Saying he is "ready to step up and take the challenge" of higher office, Lt. Gov. Michael S. Steele announced yesterday that he will begin raising money in anticipation of running for the U.S. Senate seat being vacated by retiring Democrat Paul S. Sarbanes.
Steele sounded much like a candidate when he unveiled an exploratory campaign committee during a morning conference call coordinated by the National Republican Senatorial Committee, the Senate recruitment arm of the national Republican Party, headed by North Carolina Sen. Elizabeth Dole.
"The question is, are you prepared to lead when the time comes for leadership?" he said.
Considered his party's best hope to pick up a Senate seat it has not held for two decades, Steele and his candidacy would nonetheless represent a gamble for the state GOP.
He has never been elected to office on his own, as lieutenant governors in Maryland are selected as part of a ticket with a governor. Steele was defeated in his only other race, losing a 1998 Republican primary for comptroller.
And it remains unclear whether Gov. Robert L. Ehrlich Jr.'s election in 2002 represented a significant rightward shift in the Maryland political climate. Last year, President Bush garnered 43 percent of the vote in Maryland, compared with 55 percent for John F. Kerry - making Maryland the sixth best-performing state for the Democratic nominee.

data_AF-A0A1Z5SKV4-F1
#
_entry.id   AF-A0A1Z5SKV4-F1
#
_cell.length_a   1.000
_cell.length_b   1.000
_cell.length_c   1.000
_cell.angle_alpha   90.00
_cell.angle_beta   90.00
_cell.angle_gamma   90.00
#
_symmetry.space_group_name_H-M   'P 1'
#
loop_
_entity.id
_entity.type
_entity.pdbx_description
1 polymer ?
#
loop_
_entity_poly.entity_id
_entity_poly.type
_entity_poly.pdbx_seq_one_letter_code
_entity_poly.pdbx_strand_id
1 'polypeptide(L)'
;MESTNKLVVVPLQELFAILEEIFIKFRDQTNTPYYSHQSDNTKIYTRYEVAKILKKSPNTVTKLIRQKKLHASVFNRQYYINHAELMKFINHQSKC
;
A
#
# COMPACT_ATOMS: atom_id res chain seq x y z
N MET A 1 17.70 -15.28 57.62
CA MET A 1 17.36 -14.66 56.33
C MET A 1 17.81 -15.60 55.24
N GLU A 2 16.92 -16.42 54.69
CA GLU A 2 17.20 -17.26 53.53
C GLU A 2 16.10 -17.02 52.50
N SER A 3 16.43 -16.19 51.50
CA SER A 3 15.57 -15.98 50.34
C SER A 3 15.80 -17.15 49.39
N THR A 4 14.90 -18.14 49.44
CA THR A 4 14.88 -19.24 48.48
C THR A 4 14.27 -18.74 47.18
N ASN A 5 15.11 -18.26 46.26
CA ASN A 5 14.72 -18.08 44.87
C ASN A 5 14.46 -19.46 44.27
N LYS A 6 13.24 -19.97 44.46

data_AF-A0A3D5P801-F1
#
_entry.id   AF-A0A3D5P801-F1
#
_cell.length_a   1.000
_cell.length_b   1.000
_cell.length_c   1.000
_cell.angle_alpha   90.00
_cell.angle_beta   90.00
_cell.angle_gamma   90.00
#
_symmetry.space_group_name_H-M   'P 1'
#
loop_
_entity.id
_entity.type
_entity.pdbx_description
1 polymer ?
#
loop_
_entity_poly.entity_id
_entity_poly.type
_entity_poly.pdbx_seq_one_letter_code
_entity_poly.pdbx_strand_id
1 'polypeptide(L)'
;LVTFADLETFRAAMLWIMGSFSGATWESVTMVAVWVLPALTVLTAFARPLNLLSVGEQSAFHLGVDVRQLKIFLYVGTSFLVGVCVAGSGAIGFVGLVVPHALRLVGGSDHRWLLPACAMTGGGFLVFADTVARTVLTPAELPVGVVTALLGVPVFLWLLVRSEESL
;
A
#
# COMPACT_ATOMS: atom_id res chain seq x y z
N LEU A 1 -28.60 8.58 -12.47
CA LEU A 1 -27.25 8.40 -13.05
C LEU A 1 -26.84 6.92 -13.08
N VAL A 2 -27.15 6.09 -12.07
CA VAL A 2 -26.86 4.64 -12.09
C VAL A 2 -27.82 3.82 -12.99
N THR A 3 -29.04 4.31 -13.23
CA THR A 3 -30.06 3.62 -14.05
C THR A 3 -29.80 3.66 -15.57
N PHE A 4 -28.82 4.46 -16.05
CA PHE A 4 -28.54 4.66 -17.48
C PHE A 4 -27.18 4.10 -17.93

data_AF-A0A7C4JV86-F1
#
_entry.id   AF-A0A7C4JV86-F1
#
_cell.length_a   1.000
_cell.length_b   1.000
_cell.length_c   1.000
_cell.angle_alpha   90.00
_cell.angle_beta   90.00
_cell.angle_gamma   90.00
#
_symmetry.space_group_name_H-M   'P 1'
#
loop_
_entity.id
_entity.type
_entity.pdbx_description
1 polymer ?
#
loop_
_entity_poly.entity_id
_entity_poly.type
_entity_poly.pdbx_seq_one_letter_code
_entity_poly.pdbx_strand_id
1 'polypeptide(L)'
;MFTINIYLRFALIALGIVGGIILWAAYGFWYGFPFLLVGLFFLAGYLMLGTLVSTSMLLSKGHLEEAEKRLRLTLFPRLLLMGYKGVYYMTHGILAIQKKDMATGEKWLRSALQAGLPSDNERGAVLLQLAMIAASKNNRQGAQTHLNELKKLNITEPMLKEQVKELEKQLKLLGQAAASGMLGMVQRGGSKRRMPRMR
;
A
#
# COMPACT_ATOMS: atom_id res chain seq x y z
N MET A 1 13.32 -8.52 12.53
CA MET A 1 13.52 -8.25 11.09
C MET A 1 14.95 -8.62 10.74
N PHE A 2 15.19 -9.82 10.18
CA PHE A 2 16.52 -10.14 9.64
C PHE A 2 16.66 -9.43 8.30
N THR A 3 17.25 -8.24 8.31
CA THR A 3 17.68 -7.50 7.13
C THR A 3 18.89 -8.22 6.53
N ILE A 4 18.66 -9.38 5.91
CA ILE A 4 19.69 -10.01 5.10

But national Republicans are impressed with Steele's stature, symbolism and personal story. He is one of a handful of statewide African-American Republican politicians in the country and has participated in the national party's outreach efforts to minority groups.
Maryland has the highest concentration of black voters outside the Deep South, but even if Steele were to gain significantly more of their support than Ehrlich did, he would still face difficult prospects, said Thomas F. Schaller, a political science professor at University of Maryland, Baltimore County.
If Steele were to take 20 percent of the black vote - compared with Ehrlich's 13 percent - he would still have to gain the support of six in 10 white voters, a tall order, Schaller said.
"The real problem for him is he is very conservative, and he is running in a very liberal state. Mr. Ehrlich is more center-right than he is," Schaller said. "He has a harder coalition to build for two reasons. One, he has less political standing and connections to a constituency than Ehrlich did, and two, he is more ideologically conservative than Ehrlich is."
The creation of an exploratory committee had been expected for weeks, as national and state Republicans repeatedly contacted Steele, urging him to run. He would not specify when he might formally declare his candidacy, or who the members of his committee were.
He said he would spend the next several weeks listening to state residents. "My momma taught me a long time ago, if you are going to do something, first thing you do is shut up and listen," Steele said.
Fund-raising would begin immediately as a way to determine whether Marylanders support his possible candidacy, he said. Some political strategists have said a competitive bid could cost $15 million or more.
If the lieutenant governor entered the race, Ehrlich would lose a popular running mate who provided a boost to an underdog candidacy three years ago, becoming Maryland's first black statewide elected leader.
"With regard to the exploratory committee, Lt. Gov. Steele has the governor's full support as a colleague and personal friend," said Shareese N. DeLeaver, a spokeswoman for Ehrlich.